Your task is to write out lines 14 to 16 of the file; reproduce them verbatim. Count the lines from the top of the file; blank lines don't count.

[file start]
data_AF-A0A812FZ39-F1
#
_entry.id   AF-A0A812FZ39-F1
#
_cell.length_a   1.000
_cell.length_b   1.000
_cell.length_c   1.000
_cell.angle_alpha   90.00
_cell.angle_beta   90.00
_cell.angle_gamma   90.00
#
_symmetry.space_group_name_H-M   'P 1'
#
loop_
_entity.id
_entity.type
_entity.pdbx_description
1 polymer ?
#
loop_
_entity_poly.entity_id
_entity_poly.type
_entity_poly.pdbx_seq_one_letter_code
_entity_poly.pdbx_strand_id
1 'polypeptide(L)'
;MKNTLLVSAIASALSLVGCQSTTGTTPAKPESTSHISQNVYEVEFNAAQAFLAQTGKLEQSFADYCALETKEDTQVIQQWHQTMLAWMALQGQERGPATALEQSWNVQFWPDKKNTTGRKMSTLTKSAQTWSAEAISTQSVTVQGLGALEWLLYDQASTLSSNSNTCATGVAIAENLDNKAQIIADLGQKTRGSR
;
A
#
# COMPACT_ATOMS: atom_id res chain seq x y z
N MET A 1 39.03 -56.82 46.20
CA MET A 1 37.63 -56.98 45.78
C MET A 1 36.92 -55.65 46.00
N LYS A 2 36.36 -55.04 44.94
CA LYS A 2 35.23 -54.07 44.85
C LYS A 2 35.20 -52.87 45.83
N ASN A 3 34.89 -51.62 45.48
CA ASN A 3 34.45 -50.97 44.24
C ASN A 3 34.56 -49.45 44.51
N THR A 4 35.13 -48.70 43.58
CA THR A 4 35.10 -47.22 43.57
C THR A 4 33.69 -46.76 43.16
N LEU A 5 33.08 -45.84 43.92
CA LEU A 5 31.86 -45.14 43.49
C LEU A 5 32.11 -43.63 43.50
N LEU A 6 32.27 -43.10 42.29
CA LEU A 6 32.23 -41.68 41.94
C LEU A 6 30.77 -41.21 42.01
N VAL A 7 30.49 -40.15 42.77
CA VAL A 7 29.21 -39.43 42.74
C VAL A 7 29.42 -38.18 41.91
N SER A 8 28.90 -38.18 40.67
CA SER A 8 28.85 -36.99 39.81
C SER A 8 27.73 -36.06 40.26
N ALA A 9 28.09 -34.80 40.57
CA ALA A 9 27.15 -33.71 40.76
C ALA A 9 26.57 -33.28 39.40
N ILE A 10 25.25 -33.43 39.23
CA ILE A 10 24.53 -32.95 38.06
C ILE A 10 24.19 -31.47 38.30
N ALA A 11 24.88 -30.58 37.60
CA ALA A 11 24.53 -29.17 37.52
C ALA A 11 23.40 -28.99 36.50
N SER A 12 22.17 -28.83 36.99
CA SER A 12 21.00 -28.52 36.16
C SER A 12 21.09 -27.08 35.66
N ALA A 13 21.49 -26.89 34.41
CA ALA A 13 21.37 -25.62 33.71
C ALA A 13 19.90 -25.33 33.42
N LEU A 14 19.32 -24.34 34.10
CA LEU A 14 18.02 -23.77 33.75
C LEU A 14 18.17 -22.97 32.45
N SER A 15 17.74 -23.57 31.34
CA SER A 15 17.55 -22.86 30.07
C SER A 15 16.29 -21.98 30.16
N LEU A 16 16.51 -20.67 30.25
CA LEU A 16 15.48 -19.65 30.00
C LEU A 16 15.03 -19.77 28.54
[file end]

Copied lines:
loop_
_entity.id
_entity.type